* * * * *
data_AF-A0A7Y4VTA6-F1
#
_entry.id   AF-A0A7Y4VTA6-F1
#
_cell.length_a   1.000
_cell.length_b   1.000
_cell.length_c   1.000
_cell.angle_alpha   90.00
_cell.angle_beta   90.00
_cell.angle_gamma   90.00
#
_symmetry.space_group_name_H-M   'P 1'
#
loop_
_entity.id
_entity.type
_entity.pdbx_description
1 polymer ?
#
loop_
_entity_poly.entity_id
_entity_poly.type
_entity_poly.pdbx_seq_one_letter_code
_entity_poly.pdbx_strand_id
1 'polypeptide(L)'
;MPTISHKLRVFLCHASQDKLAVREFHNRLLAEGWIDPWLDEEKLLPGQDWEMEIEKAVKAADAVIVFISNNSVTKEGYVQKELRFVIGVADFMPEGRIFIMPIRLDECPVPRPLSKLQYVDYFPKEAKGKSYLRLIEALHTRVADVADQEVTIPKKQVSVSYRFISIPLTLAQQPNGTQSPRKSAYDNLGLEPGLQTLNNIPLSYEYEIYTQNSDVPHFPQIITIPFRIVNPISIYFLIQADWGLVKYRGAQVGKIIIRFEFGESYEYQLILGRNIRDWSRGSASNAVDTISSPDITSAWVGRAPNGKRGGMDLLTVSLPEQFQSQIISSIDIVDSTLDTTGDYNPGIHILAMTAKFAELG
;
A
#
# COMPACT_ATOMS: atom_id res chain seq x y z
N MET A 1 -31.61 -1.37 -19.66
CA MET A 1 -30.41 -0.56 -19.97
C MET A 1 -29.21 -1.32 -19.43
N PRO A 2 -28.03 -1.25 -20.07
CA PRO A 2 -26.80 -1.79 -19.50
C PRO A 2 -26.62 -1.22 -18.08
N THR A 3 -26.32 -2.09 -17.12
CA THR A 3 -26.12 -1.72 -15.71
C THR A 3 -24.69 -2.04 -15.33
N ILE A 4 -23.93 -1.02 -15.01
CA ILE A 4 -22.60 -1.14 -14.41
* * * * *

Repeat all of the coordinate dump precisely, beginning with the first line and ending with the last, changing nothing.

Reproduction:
data_AF-A0A7Y4VTA6-F1
#
_entry.id   AF-A0A7Y4VTA6-F1
#
_cell.length_a   1.000
_cell.length_b   1.000
_cell.length_c   1.000
_cell.angle_alpha   90.00
_cell.angle_beta   90.00
_cell.angle_gamma   90.00
#
_symmetry.space_group_name_H-M   'P 1'
#
loop_
_entity.id
_entity.type
_entity.pdbx_description
1 polymer ?
#
loop_
_entity_poly.entity_id
_entity_poly.type
_entity_poly.pdbx_seq_one_letter_code
_entity_poly.pdbx_strand_id
1 'polypeptide(L)'
;MPTISHKLRVFLCHASQDKLAVREFHNRLLAEGWIDPWLDEEKLLPGQDWEMEIEKAVKAADAVIVFISNNSVTKEGYVQKELRFVIGVADFMPEGRIFIMPIRLDECPVPRPLSKLQYVDYFPKEAKGKSYLRLIEALHTRVADVADQEVTIPKKQVSVSYRFISIPLTLAQQPNGTQSPRKSAYDNLGLEPGLQTLNNIPLSYEYEIYTQNSDVPHFPQIITIPFRIVNPISIYFLIQADWGLVKYRGAQVGKIIIRFEFGESYEYQLILGRNIRDWSRGSASNAVDTISSPDITSAWVGRAPNGKRGGMDLLTVSLPEQFQSQIISSIDIVDSTLDTTGDYNPGIHILAMTAKFAELG
;
A
#
# COMPACT_ATOMS: atom_id res chain seq x y z
N MET A 1 -31.61 -1.37 -19.66
CA MET A 1 -30.41 -0.56 -19.97
C MET A 1 -29.21 -1.32 -19.43
N PRO A 2 -28.03 -1.25 -20.07
CA PRO A 2 -26.80 -1.79 -19.50
C PRO A 2 -26.62 -1.22 -18.08
N THR A 3 -26.32 -2.09 -17.12
CA THR A 3 -26.12 -1.72 -15.71
C THR A 3 -24.69 -2.04 -15.33
N ILE A 4 -23.93 -1.02 -15.01
CA ILE A 4 -22.60 -1.14 -14.41